19 Feb Business as Usual in Drug Abuse Case
It’s not just fly-by-night pharmacies taking the wrap for filling illegitimate prescriptions, a well-know pharmacy chain is under fire for allegedly doing the same thing.
For the time being, CVS Caremark Corp. can conduct business as usual after a judge issued a temporary restraining order after ruling the U.S. Drug Enforcement Agency (DEA) did not have a solid case as to why two pharmacies at question were being shut down, according to a recent Reuters’ article.
The DEA raided two CVS pharmacies in Florida after accusations they were filling bogus prescriptions for controlled substances, including oxycodone. Part of the DEA case was based on the volume of painkillers that were being filled at the two pharmacies. Investigators also questioned why the pharmacies did not scrutinize prescriptions being ordered by physicians who are currently being investigated after their affiliation with so called “pill mills” or pain clinics in the state.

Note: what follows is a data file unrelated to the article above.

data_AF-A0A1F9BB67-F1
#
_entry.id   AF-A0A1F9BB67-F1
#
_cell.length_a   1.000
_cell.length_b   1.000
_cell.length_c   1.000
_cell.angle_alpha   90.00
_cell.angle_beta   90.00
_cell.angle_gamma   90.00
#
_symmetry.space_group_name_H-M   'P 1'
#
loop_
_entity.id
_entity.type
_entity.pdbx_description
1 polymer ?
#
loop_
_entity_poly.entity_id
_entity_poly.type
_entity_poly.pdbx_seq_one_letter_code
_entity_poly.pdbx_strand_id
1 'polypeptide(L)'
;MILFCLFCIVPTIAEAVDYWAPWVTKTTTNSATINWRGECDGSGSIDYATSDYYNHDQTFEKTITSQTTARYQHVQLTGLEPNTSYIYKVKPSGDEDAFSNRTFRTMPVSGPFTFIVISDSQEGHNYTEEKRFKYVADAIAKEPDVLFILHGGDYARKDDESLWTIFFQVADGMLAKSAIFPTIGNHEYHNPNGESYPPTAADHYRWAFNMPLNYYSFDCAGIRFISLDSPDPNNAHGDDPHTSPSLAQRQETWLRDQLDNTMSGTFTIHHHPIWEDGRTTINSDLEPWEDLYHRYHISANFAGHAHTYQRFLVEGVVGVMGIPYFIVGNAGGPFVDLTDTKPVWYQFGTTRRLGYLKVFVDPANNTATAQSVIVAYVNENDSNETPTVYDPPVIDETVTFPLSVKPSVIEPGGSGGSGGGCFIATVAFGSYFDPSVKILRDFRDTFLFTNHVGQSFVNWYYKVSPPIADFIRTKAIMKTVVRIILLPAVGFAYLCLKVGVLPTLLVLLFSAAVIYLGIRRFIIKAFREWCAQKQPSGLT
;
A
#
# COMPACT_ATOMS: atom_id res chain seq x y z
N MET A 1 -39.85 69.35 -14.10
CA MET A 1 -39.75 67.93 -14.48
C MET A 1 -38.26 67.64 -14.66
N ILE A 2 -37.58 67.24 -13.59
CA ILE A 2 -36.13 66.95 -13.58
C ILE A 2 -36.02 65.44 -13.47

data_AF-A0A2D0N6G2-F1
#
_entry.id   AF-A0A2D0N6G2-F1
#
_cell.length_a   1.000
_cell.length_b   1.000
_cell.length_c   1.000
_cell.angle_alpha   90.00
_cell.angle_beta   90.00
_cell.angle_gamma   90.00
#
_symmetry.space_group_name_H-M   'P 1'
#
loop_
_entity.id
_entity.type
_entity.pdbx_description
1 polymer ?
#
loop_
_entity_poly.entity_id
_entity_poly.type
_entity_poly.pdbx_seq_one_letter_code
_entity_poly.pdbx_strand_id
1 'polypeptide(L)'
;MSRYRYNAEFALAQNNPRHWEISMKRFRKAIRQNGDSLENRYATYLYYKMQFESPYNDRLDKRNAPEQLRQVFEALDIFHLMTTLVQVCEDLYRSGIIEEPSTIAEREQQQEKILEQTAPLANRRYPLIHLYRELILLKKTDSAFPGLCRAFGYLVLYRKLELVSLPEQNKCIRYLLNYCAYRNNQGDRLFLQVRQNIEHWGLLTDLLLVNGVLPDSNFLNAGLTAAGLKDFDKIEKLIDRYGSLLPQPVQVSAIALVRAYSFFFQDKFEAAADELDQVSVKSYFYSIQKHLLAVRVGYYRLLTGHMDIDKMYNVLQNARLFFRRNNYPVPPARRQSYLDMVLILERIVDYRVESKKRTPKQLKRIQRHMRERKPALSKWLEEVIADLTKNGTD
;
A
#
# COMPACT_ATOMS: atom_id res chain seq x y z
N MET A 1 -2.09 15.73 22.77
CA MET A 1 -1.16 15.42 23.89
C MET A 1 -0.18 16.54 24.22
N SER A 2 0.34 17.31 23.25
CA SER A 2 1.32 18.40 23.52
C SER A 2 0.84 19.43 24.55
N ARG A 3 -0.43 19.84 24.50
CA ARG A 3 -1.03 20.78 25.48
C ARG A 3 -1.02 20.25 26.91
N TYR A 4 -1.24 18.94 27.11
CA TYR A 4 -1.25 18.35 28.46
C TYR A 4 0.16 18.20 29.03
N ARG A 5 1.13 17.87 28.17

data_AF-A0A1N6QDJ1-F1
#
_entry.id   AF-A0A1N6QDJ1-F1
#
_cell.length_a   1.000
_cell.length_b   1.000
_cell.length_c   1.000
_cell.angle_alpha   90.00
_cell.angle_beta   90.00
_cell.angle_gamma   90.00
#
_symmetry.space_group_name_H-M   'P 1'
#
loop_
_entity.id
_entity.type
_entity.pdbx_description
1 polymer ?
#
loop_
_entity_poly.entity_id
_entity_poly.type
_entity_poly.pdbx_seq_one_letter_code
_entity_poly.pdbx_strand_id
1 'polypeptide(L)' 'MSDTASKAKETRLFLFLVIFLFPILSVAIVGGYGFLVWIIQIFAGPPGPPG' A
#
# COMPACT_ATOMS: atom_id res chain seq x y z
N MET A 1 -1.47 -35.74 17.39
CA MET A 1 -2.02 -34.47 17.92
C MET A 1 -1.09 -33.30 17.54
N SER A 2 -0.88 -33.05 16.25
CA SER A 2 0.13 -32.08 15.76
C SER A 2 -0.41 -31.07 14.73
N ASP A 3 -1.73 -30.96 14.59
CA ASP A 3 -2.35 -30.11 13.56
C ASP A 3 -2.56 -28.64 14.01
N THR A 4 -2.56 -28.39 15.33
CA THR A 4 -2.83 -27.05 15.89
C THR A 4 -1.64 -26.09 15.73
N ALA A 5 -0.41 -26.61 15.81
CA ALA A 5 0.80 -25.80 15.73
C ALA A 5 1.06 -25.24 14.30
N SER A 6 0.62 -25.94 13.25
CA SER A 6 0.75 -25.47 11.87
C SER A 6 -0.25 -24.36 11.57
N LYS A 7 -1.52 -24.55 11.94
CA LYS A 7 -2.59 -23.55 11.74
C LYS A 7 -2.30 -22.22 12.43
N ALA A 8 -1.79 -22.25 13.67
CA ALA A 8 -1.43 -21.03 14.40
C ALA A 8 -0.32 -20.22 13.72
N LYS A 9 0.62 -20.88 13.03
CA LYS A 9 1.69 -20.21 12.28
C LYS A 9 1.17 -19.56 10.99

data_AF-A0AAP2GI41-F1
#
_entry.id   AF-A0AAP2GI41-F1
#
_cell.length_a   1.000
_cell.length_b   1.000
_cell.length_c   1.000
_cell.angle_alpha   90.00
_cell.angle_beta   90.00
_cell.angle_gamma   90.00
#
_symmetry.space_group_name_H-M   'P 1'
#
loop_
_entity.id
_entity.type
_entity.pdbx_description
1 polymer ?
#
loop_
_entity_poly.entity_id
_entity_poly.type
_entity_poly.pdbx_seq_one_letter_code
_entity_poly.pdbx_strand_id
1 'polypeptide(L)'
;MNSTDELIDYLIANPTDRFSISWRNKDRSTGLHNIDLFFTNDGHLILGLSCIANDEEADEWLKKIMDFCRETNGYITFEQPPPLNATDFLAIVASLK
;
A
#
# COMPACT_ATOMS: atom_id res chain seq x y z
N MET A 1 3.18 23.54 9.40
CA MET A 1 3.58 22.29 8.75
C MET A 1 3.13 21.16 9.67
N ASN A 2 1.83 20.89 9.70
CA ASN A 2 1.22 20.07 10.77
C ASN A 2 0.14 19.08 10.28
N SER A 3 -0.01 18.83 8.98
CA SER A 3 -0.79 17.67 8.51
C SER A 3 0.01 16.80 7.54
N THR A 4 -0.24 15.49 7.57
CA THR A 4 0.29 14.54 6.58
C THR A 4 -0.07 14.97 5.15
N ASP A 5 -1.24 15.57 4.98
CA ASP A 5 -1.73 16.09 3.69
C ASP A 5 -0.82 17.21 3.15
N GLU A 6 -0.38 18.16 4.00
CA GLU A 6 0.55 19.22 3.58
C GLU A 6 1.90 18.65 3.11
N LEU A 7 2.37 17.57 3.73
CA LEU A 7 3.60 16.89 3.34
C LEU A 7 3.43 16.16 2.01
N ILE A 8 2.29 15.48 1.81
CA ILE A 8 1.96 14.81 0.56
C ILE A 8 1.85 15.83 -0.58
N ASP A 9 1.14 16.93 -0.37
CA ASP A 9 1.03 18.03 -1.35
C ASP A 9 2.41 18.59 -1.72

Part of the judge’s ruling cited that there needed to be more evidence by the DEA to officially shut down the Florida stores prohibiting them from filling prescriptions. CVS’ position was that their businesses would take such a hit not being able to fill those requests, that the long-term economic effects would be devastating. The judge agreed.
Cardinal Health Inc., who owns the CVS pharmacies in question, also owns two other pharmacies under investigation. Those pharmacies were also threatened to be shut down until a judge ruled that they too can continue to fill prescriptions pending further investigation by the DEA.
The crackdown on pharmacies in the state of Florida comes after several pain clinics were shut down by the feds under claims that the physicians who were writing the prescriptions were doing so without a defined medical need. They were operating as “legalized drug dealers” to drug dealers and users feeding their addictions.
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